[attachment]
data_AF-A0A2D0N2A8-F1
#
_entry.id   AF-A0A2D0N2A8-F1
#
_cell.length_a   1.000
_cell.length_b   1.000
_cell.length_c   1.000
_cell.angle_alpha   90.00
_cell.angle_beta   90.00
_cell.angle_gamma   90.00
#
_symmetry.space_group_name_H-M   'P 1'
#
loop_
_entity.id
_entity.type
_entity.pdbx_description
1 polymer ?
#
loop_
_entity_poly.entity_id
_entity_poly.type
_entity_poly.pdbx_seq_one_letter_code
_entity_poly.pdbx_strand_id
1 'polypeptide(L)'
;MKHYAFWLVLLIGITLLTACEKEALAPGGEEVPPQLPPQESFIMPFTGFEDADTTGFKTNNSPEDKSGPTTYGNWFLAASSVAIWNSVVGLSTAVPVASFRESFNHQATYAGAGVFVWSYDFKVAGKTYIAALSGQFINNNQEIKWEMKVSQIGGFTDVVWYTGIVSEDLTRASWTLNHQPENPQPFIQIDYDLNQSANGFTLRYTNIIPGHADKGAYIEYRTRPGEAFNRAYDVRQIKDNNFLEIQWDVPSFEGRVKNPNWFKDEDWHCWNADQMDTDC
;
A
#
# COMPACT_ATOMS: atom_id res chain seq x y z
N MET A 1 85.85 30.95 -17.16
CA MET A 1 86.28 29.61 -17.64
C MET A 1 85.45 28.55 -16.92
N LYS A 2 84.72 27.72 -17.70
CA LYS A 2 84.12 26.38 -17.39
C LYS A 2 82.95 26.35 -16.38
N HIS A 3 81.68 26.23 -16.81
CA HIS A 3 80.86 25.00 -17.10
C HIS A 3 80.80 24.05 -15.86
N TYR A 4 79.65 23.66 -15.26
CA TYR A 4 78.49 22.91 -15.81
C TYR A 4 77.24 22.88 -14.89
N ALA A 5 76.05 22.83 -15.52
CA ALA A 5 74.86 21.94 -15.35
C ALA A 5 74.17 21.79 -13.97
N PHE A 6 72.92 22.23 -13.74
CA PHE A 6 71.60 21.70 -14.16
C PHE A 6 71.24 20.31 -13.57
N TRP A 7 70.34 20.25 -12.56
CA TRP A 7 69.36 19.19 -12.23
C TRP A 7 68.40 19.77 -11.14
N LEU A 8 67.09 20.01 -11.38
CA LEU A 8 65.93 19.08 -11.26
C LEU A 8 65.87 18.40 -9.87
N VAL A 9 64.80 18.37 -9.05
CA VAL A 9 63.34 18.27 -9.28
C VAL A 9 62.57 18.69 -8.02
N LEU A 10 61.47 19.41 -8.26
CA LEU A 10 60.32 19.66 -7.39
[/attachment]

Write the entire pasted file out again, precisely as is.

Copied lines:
data_AF-A0A2D0N2A8-F1
#
_entry.id   AF-A0A2D0N2A8-F1
#
_cell.length_a   1.000
_cell.length_b   1.000
_cell.length_c   1.000
_cell.angle_alpha   90.00
_cell.angle_beta   90.00
_cell.angle_gamma   90.00
#
_symmetry.space_group_name_H-M   'P 1'
#
loop_
_entity.id
_entity.type
_entity.pdbx_description
1 polymer ?
#
loop_
_entity_poly.entity_id
_entity_poly.type
_entity_poly.pdbx_seq_one_letter_code
_entity_poly.pdbx_strand_id
1 'polypeptide(L)'
;MKHYAFWLVLLIGITLLTACEKEALAPGGEEVPPQLPPQESFIMPFTGFEDADTTGFKTNNSPEDKSGPTTYGNWFLAASSVAIWNSVVGLSTAVPVASFRESFNHQATYAGAGVFVWSYDFKVAGKTYIAALSGQFINNNQEIKWEMKVSQIGGFTDVVWYTGIVSEDLTRASWTLNHQPENPQPFIQIDYDLNQSANGFTLRYTNIIPGHADKGAYIEYRTRPGEAFNRAYDVRQIKDNNFLEIQWDVPSFEGRVKNPNWFKDEDWHCWNADQMDTDC
;
A
#
# COMPACT_ATOMS: atom_id res chain seq x y z
N MET A 1 85.85 30.95 -17.16
CA MET A 1 86.28 29.61 -17.64
C MET A 1 85.45 28.55 -16.92
N LYS A 2 84.72 27.72 -17.70
CA LYS A 2 84.12 26.38 -17.39
C LYS A 2 82.95 26.35 -16.38
N HIS A 3 81.68 26.23 -16.81
CA HIS A 3 80.86 25.00 -17.10
C HIS A 3 80.80 24.05 -15.86
N TYR A 4 79.65 23.66 -15.26
CA TYR A 4 78.49 22.91 -15.81
C TYR A 4 77.24 22.88 -14.89
N ALA A 5 76.05 22.83 -15.52
CA ALA A 5 74.86 21.94 -15.35
C ALA A 5 74.17 21.79 -13.97
N PHE A 6 72.92 22.23 -13.74
CA PHE A 6 71.60 21.70 -14.16
C PHE A 6 71.24 20.31 -13.57
N TRP A 7 70.34 20.25 -12.56
CA TRP A 7 69.36 19.19 -12.23
C TRP A 7 68.40 19.77 -11.14
N LEU A 8 67.09 20.01 -11.38
CA LEU A 8 65.93 19.08 -11.26
C LEU A 8 65.87 18.40 -9.87
N VAL A 9 64.80 18.37 -9.05
CA VAL A 9 63.34 18.27 -9.28
C VAL A 9 62.57 18.69 -8.02
N LEU A 10 61.47 19.41 -8.26
CA LEU A 10 60.32 19.66 -7.39